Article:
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Jaws Gets New Life in Los Angeles

— by LYNETTE CARRINGTON —

What do you think of when you hear the word “Jaws”? You might have some scary or fond memories of watching the many “Jaws” films throughout the years, or you could remember that the original iconic 1975 film was the one that put director Steven Spielberg on the map and ultimately changed the course of Hollywood forever. Whatever your memories, face it – you never think of swimming in the ocean the same way as you did before you saw that movie. Now, “Jaws” (or “Bruce the Shark” as Steven Spielberg and co. coined the physical shark prop) has a new home at the Academy Museum of Motion Pictures in Los Angeles.

The Academy Museum of Motion Pictures completed installation of one of the most iconic objects from its permanent collection, the only surviving full scale shark model from the 1975 Oscar®-winning film “Jaws.” This moment signals exciting momentum toward the Academy Museum’s much-anticipated opening slated for April 30, 2021, where the 25-foot model will be on view, free to the public. “Jaws,” directed by Spielberg, won Oscars® for Film Editing, Sound and Original Score and was nominated for Best Picture at the 48th Academy Awards® in 1976.

“It’s been a long journey for Bruce since he was acquired in 2016, and we couldn’t be happier to welcome him to his new home,” says Bill Kramer, Director and President of the Academy Museum. “We look forward to our opening when museum visitors can engage with our exhibitions, experience our beautiful Renzo Piano-designed building and come face to face with one of the most iconic characters in film history.”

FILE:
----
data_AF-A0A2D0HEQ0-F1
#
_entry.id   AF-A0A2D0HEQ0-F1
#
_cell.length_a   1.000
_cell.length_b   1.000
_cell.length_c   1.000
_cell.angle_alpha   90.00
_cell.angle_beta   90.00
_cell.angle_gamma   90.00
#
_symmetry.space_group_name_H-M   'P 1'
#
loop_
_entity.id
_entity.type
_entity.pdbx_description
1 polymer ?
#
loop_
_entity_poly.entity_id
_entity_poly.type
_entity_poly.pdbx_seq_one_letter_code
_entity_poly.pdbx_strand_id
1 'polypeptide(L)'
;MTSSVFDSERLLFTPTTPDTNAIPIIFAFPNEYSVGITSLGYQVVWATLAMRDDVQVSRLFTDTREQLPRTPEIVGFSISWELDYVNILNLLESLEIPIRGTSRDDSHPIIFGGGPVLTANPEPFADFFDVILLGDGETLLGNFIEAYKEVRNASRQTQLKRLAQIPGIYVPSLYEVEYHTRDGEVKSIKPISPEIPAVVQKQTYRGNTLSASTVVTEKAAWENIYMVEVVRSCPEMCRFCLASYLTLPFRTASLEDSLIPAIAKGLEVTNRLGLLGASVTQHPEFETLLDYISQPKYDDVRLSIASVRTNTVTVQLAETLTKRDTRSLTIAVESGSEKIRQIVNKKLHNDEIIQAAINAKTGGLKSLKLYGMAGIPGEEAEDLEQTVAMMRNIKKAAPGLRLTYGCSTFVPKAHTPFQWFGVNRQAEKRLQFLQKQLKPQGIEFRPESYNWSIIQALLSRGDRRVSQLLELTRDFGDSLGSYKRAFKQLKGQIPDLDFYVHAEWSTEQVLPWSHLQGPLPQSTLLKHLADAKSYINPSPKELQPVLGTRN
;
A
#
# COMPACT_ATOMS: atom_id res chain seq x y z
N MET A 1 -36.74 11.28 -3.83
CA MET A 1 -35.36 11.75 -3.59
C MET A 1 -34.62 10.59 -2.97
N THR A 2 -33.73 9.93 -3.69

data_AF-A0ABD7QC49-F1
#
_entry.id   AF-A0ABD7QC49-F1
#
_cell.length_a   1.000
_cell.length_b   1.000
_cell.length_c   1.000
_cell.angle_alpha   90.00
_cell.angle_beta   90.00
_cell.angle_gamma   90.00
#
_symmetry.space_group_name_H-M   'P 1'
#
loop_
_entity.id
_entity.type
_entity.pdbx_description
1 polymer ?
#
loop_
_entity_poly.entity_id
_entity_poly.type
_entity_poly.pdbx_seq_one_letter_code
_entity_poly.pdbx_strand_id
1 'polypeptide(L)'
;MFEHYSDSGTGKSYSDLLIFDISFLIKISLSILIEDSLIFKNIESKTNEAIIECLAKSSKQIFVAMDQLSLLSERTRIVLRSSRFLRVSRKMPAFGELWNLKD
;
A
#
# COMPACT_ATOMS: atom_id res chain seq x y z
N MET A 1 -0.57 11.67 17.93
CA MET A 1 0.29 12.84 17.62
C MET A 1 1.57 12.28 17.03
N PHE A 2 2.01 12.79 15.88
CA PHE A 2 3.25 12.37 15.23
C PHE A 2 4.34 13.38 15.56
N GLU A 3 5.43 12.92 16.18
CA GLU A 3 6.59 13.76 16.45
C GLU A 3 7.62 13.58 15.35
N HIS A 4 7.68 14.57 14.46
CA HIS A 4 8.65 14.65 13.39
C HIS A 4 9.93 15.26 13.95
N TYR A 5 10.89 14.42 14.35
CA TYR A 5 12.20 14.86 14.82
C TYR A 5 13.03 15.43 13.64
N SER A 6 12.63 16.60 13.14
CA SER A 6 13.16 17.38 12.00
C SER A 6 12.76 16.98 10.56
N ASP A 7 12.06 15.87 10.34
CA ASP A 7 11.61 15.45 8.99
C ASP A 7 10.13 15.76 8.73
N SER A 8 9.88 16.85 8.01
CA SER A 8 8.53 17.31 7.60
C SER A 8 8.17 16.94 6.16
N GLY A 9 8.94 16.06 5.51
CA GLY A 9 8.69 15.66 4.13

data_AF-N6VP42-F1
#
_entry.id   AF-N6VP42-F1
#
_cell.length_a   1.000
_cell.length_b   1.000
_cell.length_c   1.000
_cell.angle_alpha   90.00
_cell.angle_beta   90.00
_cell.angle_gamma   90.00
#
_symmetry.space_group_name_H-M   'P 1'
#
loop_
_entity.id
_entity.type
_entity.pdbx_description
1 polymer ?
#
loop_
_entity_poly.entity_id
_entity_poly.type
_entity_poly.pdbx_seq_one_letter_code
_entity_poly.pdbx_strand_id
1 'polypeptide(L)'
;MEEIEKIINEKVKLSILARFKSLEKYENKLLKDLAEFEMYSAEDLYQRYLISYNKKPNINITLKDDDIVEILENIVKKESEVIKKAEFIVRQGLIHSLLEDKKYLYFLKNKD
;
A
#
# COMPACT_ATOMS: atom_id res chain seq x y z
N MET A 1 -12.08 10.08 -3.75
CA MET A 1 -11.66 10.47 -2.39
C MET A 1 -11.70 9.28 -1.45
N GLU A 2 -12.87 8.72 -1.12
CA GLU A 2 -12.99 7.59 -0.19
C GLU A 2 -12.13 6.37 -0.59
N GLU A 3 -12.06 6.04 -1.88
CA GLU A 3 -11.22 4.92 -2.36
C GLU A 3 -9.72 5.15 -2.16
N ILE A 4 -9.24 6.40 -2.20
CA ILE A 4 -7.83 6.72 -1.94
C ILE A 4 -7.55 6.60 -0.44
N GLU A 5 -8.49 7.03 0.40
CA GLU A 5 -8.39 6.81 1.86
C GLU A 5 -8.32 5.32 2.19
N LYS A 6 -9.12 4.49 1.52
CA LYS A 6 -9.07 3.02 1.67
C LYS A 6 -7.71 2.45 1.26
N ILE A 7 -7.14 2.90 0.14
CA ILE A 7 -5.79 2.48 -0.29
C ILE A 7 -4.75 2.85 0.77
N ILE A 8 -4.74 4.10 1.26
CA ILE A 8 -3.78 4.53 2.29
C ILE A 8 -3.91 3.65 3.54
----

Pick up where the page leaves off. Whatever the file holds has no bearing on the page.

This Bruce shark model is the fourth and only surviving version of the model that was derived from the original Jaws mold. The mechanical Bruce shark has been (in)famously rumored to have been named after Spielberg’s own lawyer. Apropos, perhaps. The creation of the prop fell to art director Joe Alves. His original schematics depict Bruce with a 25-foot long body, a 400-pound head and jaws at a chompingly-convenient five feet wide. The three screen-used molds used during production were cast in rubber and latex, and ultimately rotted and were destroyed.


The Academy Museum’s Bruce was cast in fiberglass and originally used for photo opps at Universal Studios Hollywood in connection with the release of the original “Jaws” in 1975. It lived at Universal Studios until 1990 when it retired to Nathan Adlen’s family junkyard business in Sun Valley, CA.

In 2010, the prop was authenticated by original member of the “Jaws” film’s special effects crew, Roy Arbogast and in 2016, the Academy Museum received he shark model through a contribution by Nathan Adlen. For several years, the museum worked with Greg Nicotero, co-founder of KNB EFX to meticulously restore the fiberglass shark. The special effects and make-up artist had quite the job on his hands, as the shark had deteriorated from being outdoors for a quarter of a century.

The conservation and restoration of the instantly recognizable shark is now complete. But one final hurdle remained. Moving Bruce to his new home at the Academy Museum was a Herculean task. Due to its massive size, the shark would not fit into the museum’s elevators. A team of construction workers, art handlers and engineers removed two sections from the Saban Building’s glass wall and gently and lovingly coaxed Bruce via crane into his new lofty home.

Bruce is now perched 30 feet above the third floor of the Pritzker Prize-winning architect Renzo Piano-designed Academy Museum of Motion Pictures. The general public and old and new generations of fans can now be appreciative and enjoy the prop’s legacy in film-making history once again. In its new location, Bruce will be visible from many vantage points within the museum and to passersby outside on Fairfax Avenue and 6th Street.


Visit www.academymuseum.org for additional information on the Academy Museum of Motion Pictures and its upcoming grand opening.

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